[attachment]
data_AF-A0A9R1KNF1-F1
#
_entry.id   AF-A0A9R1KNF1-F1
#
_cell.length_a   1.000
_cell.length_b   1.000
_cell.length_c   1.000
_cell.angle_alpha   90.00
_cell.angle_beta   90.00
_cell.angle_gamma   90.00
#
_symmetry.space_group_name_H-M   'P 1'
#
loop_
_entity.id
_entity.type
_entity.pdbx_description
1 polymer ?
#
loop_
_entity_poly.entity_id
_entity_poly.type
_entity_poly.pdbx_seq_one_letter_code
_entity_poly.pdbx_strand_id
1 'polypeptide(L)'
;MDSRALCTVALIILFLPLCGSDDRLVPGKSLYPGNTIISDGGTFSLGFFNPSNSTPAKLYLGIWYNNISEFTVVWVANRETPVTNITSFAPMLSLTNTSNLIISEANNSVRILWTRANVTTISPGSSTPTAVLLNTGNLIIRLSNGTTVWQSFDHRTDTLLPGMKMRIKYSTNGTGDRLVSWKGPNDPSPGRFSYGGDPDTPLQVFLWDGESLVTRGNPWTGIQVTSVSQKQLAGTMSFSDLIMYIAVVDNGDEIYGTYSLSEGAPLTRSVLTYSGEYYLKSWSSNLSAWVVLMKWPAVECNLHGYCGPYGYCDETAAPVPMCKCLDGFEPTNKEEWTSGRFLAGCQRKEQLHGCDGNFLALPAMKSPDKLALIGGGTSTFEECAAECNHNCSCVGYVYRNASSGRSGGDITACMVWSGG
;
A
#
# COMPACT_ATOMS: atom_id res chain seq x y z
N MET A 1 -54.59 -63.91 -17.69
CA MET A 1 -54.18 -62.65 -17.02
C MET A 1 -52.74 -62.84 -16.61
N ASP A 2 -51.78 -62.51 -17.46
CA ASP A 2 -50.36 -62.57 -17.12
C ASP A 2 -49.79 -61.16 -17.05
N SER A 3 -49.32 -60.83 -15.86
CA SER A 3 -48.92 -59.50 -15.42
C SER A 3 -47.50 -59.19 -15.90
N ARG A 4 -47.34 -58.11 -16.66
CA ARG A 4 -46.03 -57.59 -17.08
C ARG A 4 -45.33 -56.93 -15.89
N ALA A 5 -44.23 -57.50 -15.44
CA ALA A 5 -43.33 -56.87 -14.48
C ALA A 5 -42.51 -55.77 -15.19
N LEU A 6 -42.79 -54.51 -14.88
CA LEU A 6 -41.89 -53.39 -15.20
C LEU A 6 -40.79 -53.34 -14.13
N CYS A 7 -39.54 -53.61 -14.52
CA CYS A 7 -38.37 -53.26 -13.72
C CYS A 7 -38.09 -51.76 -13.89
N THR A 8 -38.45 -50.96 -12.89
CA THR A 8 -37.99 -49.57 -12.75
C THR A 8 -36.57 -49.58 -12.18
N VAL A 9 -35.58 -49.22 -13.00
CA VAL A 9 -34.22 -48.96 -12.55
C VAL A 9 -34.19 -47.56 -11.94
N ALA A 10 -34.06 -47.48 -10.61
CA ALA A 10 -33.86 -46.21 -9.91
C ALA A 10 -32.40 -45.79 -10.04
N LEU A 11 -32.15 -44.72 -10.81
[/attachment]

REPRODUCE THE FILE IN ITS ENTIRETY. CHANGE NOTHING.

data_AF-A0A9R1KNF1-F1
#
_entry.id   AF-A0A9R1KNF1-F1
#
_cell.length_a   1.000
_cell.length_b   1.000
_cell.length_c   1.000
_cell.angle_alpha   90.00
_cell.angle_beta   90.00
_cell.angle_gamma   90.00
#
_symmetry.space_group_name_H-M   'P 1'
#
loop_
_entity.id
_entity.type
_entity.pdbx_description
1 polymer ?
#
loop_
_entity_poly.entity_id
_entity_poly.type
_entity_poly.pdbx_seq_one_letter_code
_entity_poly.pdbx_strand_id
1 'polypeptide(L)'
;MDSRALCTVALIILFLPLCGSDDRLVPGKSLYPGNTIISDGGTFSLGFFNPSNSTPAKLYLGIWYNNISEFTVVWVANRETPVTNITSFAPMLSLTNTSNLIISEANNSVRILWTRANVTTISPGSSTPTAVLLNTGNLIIRLSNGTTVWQSFDHRTDTLLPGMKMRIKYSTNGTGDRLVSWKGPNDPSPGRFSYGGDPDTPLQVFLWDGESLVTRGNPWTGIQVTSVSQKQLAGTMSFSDLIMYIAVVDNGDEIYGTYSLSEGAPLTRSVLTYSGEYYLKSWSSNLSAWVVLMKWPAVECNLHGYCGPYGYCDETAAPVPMCKCLDGFEPTNKEEWTSGRFLAGCQRKEQLHGCDGNFLALPAMKSPDKLALIGGGTSTFEECAAECNHNCSCVGYVYRNASSGRSGGDITACMVWSGG
;
A
#
# COMPACT_ATOMS: atom_id res chain seq x y z
N MET A 1 -54.59 -63.91 -17.69
CA MET A 1 -54.18 -62.65 -17.02
C MET A 1 -52.74 -62.84 -16.61
N ASP A 2 -51.78 -62.51 -17.46
CA ASP A 2 -50.36 -62.57 -17.12
C ASP A 2 -49.79 -61.16 -17.05
N SER A 3 -49.32 -60.83 -15.86
CA SER A 3 -48.92 -59.50 -15.42
C SER A 3 -47.50 -59.19 -15.90
N ARG A 4 -47.34 -58.11 -16.66
CA ARG A 4 -46.03 -57.59 -17.08
C ARG A 4 -45.33 -56.93 -15.89
N ALA A 5 -44.23 -57.50 -15.44
CA ALA A 5 -43.33 -56.87 -14.48
C ALA A 5 -42.51 -55.77 -15.19
N LEU A 6 -42.79 -54.51 -14.88
CA LEU A 6 -41.89 -53.39 -15.20
C LEU A 6 -40.79 -53.34 -14.13
N CYS A 7 -39.54 -53.61 -14.52
CA CYS A 7 -38.37 -53.26 -13.72
C CYS A 7 -38.09 -51.76 -13.89
N THR A 8 -38.45 -50.96 -12.89
CA THR A 8 -37.99 -49.57 -12.75
C THR A 8 -36.57 -49.58 -12.18
N VAL A 9 -35.58 -49.22 -13.00
CA VAL A 9 -34.22 -48.96 -12.55
C VAL A 9 -34.19 -47.56 -11.94
N ALA A 10 -34.06 -47.48 -10.61
CA ALA A 10 -33.86 -46.21 -9.91
C ALA A 10 -32.40 -45.79 -10.04
N LEU A 11 -32.15 -44.72 -10.81